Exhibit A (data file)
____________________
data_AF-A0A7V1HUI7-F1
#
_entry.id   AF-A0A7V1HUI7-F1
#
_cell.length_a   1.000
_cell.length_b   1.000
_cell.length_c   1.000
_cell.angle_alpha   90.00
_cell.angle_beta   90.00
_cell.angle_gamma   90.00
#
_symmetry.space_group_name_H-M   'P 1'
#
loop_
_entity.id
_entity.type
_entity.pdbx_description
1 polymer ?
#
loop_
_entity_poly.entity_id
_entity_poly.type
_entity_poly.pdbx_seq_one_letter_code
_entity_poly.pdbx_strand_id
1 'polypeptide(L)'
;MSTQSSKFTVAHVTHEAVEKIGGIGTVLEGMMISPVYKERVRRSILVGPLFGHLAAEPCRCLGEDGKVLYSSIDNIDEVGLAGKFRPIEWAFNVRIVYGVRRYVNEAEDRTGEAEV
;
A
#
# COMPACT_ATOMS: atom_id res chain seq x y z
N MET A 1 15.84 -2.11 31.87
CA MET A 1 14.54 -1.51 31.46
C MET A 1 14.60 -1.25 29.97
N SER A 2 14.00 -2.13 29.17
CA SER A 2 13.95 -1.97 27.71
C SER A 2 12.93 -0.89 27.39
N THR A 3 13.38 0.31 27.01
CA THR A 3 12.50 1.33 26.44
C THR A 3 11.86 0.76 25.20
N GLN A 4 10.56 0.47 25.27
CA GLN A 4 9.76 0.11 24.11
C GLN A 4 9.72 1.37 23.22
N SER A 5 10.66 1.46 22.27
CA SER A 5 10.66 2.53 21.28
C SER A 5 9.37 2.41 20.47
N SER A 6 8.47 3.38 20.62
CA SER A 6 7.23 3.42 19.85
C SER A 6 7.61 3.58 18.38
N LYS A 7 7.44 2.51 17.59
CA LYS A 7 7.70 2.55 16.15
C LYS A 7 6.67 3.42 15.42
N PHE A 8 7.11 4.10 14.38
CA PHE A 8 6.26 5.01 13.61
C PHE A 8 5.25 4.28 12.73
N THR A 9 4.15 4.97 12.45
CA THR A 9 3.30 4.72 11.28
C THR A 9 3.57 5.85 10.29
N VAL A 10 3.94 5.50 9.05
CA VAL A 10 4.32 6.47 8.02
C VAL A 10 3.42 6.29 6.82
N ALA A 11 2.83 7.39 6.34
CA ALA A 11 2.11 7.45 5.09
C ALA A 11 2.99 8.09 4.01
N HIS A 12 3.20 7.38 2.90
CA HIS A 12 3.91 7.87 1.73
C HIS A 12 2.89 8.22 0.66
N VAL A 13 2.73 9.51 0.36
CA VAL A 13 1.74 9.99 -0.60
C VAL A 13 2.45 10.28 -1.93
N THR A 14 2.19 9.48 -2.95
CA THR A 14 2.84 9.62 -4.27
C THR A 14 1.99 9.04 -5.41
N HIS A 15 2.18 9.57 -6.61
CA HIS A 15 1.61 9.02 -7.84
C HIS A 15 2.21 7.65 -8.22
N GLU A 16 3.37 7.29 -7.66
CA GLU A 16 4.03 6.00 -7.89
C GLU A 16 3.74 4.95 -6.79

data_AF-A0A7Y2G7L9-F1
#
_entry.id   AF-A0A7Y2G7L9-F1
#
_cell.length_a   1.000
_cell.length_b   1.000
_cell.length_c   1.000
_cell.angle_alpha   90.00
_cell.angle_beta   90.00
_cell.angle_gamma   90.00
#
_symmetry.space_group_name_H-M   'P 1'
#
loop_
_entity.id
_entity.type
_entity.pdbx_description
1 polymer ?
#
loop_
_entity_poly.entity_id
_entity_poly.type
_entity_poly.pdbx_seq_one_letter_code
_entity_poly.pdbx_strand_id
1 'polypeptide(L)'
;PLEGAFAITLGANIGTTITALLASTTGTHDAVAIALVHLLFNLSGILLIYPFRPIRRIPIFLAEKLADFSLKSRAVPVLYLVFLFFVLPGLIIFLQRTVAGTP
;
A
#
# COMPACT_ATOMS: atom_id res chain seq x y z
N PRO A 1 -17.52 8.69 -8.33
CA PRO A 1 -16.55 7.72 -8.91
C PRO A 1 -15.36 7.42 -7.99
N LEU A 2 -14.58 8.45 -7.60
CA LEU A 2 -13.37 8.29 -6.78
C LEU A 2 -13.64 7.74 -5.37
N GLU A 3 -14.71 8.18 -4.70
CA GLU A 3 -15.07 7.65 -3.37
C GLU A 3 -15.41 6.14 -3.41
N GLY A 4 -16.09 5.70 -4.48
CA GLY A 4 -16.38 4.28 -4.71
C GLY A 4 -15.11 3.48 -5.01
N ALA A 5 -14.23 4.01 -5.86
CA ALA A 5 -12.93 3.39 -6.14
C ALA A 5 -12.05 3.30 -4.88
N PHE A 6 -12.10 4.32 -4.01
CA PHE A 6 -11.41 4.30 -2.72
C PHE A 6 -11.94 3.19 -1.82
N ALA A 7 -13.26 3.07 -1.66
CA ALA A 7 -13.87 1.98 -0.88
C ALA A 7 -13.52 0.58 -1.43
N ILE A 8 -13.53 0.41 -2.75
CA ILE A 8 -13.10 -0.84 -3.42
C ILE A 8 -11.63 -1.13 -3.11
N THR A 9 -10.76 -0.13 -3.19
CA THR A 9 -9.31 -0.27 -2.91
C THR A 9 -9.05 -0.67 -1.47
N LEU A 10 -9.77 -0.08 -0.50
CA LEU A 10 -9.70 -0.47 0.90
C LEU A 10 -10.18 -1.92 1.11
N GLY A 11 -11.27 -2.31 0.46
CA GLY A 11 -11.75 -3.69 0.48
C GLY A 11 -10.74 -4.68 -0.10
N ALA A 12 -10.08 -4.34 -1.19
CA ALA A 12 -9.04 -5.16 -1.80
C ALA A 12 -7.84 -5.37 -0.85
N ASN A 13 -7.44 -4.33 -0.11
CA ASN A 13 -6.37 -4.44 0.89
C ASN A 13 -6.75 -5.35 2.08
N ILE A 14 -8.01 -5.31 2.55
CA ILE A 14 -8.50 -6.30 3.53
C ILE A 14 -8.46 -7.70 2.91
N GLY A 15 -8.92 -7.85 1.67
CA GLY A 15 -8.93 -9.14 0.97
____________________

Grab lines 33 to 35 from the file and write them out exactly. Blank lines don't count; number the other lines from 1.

C MET A 1 14.60 -1.25 29.97
N SER A 2 14.00 -2.13 29.17
CA SER A 2 13.95 -1.97 27.71